André Gonçalves (painter)

From Wikipedia, the free encyclopedia
Jump to navigation Jump to search
André Gonçalves
André Gonçalves (c. 1730) - Pierre-Antoine Quillard.png
Portrait of André Gonçalves by Pierre-Antoine Quillard (c.1730), Museum of Évora.
Died1754 (1755) (aged 69)
Known forPainting
Notable work
Media related to André Gonçalves at Wikimedia Commons
The Assumption
(Mafra National Palace)

André Gonçalves (1685 in Lisbon – 1754 in Lisbon), was a Portuguese painter. He was one of the first artists in his country to adopt French and Italian styles of painting, as opposed to the prevailing Spanish styles. Some sources give his years of birth and death as 1692 and 1762, respectively.


At sixteen, he began an apprenticeship in the workshops of António de Oliveira Bernardes [pt], where he studied until 1704. In 1711, he joined the local Guild of Saint Luke and remained a member for life. By this time, he had created his first major work depicting a scene from the life of Saint Amaro for the chest in the sacristy of the Saint's namesake chapel in Lisbon.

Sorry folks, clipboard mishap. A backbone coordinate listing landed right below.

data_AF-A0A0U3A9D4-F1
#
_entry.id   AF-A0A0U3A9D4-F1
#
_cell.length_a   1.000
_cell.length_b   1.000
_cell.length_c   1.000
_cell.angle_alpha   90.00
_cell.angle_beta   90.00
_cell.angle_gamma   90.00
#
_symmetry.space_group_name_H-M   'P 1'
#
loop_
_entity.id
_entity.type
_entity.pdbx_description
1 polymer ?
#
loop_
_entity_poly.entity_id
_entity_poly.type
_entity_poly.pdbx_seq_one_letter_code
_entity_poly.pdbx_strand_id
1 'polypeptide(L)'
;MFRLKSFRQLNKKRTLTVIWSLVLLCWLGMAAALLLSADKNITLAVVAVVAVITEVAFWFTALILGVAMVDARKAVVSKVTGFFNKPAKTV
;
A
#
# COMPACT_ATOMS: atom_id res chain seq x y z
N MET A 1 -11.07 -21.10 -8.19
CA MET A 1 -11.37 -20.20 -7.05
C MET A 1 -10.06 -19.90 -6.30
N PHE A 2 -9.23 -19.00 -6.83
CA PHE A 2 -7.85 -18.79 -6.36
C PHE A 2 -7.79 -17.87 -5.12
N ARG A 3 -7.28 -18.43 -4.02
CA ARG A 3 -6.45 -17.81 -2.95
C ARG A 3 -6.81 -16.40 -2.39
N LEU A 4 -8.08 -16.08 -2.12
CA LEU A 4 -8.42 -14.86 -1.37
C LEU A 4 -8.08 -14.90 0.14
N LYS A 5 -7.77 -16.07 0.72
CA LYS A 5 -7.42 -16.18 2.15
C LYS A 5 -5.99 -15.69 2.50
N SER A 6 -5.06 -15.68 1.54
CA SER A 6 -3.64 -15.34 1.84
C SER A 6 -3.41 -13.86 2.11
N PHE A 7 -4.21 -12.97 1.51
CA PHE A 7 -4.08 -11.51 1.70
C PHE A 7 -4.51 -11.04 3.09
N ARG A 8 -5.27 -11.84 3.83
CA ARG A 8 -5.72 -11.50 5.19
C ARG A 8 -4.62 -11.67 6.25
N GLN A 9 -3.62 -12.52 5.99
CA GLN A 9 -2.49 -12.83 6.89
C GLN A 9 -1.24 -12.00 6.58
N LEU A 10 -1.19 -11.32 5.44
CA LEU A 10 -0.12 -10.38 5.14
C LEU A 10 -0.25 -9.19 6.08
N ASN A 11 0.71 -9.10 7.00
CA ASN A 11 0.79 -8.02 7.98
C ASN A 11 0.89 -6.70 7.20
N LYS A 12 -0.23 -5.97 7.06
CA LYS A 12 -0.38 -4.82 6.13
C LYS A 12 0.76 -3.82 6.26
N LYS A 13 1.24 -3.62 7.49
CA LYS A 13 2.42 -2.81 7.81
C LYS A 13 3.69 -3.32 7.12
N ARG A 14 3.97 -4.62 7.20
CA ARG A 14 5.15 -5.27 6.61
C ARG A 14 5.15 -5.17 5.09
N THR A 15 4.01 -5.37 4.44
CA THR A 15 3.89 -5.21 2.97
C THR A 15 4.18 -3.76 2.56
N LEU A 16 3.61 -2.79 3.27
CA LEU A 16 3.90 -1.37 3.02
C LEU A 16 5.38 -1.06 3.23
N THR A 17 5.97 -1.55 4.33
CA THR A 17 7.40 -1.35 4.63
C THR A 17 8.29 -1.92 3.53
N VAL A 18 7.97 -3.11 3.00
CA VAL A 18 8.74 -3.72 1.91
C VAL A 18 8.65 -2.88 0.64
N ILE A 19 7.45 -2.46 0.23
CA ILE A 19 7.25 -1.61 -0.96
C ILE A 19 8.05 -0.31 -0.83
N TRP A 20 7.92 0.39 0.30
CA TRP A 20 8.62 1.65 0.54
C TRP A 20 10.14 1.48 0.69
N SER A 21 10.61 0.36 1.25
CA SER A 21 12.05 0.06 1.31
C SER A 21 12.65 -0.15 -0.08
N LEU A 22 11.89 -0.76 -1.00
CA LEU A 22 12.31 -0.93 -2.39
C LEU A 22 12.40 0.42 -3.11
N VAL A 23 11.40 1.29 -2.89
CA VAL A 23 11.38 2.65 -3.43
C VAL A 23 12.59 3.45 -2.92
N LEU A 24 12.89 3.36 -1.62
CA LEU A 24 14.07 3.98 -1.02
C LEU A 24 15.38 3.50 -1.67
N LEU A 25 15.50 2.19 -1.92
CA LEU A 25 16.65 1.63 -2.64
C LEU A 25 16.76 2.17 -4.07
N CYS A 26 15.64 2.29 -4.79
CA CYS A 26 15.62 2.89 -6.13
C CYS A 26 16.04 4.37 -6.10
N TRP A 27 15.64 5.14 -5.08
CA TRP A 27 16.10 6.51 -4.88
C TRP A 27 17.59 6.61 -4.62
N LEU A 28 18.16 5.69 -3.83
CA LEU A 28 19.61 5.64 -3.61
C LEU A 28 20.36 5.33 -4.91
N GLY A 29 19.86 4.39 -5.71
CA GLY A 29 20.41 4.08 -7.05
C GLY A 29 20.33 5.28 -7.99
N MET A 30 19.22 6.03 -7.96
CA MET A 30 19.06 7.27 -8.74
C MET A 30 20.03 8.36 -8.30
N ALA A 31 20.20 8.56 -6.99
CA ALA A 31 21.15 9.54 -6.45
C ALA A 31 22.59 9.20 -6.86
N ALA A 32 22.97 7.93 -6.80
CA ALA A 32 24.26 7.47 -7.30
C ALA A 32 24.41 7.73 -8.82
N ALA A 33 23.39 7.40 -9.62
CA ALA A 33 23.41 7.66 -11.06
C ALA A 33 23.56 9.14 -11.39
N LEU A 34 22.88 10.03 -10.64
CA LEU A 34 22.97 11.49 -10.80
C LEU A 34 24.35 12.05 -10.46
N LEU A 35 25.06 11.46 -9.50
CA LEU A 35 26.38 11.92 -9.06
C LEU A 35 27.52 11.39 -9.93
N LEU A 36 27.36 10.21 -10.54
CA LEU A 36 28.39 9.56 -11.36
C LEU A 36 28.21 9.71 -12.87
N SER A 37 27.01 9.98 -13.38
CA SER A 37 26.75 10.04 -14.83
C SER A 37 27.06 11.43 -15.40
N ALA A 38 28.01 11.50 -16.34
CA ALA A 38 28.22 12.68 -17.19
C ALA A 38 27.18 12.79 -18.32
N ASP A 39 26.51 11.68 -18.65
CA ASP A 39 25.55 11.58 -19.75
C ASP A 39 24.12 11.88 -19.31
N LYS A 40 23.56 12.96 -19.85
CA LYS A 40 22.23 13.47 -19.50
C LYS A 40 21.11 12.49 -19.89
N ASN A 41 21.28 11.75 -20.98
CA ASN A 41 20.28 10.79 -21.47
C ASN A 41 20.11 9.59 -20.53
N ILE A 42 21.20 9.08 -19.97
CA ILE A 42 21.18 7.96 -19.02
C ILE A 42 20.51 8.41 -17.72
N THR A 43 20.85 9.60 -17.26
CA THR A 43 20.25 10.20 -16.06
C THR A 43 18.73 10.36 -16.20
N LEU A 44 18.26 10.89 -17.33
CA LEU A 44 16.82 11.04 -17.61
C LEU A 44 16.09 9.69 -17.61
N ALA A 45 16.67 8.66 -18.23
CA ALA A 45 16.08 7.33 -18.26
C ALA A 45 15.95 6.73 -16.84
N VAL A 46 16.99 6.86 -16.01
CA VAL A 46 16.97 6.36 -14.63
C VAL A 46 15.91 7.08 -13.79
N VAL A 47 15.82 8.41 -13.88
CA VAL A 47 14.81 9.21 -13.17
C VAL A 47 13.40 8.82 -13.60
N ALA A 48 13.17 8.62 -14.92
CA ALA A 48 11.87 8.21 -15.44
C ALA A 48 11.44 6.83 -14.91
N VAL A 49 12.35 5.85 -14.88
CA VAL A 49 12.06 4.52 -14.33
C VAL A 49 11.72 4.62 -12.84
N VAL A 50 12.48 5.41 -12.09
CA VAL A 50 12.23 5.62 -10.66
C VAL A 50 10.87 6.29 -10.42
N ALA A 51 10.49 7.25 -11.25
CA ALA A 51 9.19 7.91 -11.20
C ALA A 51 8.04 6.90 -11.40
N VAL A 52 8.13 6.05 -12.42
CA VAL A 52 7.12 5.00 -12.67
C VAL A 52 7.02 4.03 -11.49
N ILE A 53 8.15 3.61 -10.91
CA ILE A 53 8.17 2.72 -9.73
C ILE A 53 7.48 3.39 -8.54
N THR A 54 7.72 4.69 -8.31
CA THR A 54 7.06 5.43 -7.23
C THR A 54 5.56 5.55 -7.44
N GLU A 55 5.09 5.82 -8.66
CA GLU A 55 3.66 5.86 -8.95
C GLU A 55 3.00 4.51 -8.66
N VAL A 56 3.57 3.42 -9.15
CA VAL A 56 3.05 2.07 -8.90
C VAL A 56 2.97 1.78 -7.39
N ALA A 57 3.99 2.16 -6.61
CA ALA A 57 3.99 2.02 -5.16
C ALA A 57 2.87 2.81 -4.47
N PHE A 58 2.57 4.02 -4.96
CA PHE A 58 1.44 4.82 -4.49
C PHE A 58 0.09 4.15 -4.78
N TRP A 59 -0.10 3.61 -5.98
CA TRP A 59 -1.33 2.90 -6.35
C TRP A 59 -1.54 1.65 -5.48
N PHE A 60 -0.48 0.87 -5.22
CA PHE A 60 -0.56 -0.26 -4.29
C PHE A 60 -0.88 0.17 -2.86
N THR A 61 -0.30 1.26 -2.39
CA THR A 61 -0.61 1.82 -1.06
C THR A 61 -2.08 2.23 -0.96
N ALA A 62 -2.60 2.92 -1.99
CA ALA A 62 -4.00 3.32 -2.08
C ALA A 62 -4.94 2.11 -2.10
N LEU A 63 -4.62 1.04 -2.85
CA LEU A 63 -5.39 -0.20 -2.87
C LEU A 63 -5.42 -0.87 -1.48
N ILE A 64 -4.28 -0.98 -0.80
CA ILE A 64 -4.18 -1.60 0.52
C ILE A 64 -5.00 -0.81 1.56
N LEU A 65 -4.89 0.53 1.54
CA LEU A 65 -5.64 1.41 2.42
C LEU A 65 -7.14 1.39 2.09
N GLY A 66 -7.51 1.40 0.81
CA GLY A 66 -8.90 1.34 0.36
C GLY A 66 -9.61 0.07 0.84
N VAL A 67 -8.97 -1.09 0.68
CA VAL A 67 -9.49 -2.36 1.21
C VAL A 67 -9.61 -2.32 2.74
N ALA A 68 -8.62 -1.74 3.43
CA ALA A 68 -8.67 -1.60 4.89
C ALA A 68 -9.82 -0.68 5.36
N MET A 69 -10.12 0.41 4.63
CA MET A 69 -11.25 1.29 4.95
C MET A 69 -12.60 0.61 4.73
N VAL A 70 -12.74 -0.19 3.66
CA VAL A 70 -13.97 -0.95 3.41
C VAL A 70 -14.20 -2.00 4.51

He began to establish his personal style in the 1720s with work done at the convent of "Our Lady of the Conception of Cardais". At this time, he also appears to have painted the screens in the chapel of "Our Lady Jesuit Church" in Horta on Faial Island, representing the Death of the Virgin and the Apostles at Mary's tomb.

In the early 1730s, he participated in decorating the Mafra Convent at the Mafra National Palace, a major project that brought him into contact with other well-known Portuguese artists, as well as the work of French and Italian Baroque masters. Later, he would work with Vieira Lusitano (who may have been a former student) at the Paulist convent, and the Church of the Child of God.

In the 1740s, he decorated the convent at the Church of Mater Dei. Paintings of Saint Dominic and Saint Joseph at the "Sacred Heart of Jesus Church" in Santa Cruz da Graciosa, have been identified as his.

In the 1750s, he returned to the Church of Mater Dei, where he was commissioned to paint a series of scenes depicting Saint Joseph's life in Egypt for the sacristy and a rendition of The Assumption for the gable in the chancel. Among his final works were a series of portraits of saints for the refectory at the Church of Saint Roch.

Many of his works were destroyed or severely damaged in the Lisbon earthquake of 1755.

Further reading[edit]

  • José Alberto Gomes Machado, André Gonçalves - Pintura do Barroco Português, Estampa, 1996 ISBN 972-331-139-9
  • Susana Cavaleiro Ferreira Nobre Gonçalves, André Gonçalves e a Pintura de Cavalete em Portugal no tempo de D. João V (1706-1750). O caminho da Internacionalização (Master of Arts Dissertation, University of Lisbon, 2002) Online

External links[edit]